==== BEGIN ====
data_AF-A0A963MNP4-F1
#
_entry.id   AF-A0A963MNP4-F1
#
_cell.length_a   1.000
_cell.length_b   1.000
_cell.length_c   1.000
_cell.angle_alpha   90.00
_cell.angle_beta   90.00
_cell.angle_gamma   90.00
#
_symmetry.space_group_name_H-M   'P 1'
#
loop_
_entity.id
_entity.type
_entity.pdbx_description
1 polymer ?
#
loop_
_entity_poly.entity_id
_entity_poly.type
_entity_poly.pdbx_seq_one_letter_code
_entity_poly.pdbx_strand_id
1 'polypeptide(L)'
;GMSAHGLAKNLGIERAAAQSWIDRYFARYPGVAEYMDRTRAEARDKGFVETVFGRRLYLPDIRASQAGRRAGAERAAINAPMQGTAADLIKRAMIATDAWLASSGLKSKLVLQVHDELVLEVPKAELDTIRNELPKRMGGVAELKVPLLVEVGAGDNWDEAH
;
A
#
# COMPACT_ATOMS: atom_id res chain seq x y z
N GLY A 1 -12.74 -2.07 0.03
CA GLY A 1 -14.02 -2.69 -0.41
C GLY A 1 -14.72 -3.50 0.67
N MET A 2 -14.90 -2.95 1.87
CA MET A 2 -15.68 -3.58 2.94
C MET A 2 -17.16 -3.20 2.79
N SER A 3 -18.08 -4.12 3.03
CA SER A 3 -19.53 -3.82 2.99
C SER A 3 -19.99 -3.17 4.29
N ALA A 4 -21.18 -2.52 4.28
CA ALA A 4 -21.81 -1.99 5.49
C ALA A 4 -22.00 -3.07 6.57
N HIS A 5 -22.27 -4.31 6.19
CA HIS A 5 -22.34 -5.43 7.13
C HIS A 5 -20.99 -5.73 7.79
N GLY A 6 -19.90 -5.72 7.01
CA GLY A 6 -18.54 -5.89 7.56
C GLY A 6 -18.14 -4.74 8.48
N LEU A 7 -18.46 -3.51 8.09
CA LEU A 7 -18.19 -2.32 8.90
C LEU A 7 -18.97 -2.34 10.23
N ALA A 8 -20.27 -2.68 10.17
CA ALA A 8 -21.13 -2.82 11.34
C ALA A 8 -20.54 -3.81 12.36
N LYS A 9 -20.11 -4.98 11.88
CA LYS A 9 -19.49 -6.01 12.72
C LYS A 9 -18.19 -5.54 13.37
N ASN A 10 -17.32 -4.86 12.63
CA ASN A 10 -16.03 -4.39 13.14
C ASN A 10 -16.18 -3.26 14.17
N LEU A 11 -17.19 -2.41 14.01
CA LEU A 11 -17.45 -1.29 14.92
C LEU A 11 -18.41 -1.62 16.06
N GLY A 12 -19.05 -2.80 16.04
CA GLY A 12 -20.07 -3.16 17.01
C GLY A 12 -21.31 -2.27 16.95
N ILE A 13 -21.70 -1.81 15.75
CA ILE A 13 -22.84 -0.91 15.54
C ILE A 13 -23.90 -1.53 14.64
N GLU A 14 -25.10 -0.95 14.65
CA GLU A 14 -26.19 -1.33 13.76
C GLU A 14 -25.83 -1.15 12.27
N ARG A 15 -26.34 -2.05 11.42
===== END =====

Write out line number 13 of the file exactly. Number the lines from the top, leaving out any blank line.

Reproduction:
#